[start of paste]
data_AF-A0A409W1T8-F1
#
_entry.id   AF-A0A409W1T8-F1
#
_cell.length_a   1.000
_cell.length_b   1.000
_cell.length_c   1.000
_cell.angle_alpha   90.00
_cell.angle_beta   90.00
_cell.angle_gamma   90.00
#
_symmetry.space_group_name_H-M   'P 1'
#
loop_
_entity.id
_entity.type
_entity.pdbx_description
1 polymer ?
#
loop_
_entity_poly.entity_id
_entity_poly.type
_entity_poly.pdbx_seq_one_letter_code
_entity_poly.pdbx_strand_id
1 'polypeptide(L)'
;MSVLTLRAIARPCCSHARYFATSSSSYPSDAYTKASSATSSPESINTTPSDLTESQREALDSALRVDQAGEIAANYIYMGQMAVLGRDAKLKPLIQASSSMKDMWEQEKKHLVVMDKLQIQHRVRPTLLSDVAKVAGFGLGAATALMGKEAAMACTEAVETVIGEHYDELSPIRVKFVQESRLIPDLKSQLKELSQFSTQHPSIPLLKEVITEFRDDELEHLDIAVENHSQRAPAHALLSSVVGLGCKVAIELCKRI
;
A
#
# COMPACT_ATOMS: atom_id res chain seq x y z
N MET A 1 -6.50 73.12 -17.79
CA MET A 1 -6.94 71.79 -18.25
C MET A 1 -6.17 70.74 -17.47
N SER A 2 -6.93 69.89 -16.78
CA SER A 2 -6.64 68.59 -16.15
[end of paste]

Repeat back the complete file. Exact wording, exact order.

data_AF-A0A409W1T8-F1
#
_entry.id   AF-A0A409W1T8-F1
#
_cell.length_a   1.000
_cell.length_b   1.000
_cell.length_c   1.000
_cell.angle_alpha   90.00
_cell.angle_beta   90.00
_cell.angle_gamma   90.00
#
_symmetry.space_group_name_H-M   'P 1'
#
loop_
_entity.id
_entity.type
_entity.pdbx_description
1 polymer ?
#
loop_
_entity_poly.entity_id
_entity_poly.type
_entity_poly.pdbx_seq_one_letter_code
_entity_poly.pdbx_strand_id
1 'polypeptide(L)'
;MSVLTLRAIARPCCSHARYFATSSSSYPSDAYTKASSATSSPESINTTPSDLTESQREALDSALRVDQAGEIAANYIYMGQMAVLGRDAKLKPLIQASSSMKDMWEQEKKHLVVMDKLQIQHRVRPTLLSDVAKVAGFGLGAATALMGKEAAMACTEAVETVIGEHYDELSPIRVKFVQESRLIPDLKSQLKELSQFSTQHPSIPLLKEVITEFRDDELEHLDIAVENHSQRAPAHALLSSVVGLGCKVAIELCKRI
;
A
#
# COMPACT_ATOMS: atom_id res chain seq x y z
N MET A 1 -6.50 73.12 -17.79
CA MET A 1 -6.94 71.79 -18.25
C MET A 1 -6.17 70.74 -17.47
N SER A 2 -6.93 69.89 -16.78
CA SER A 2 -6.64 68.59 -16.15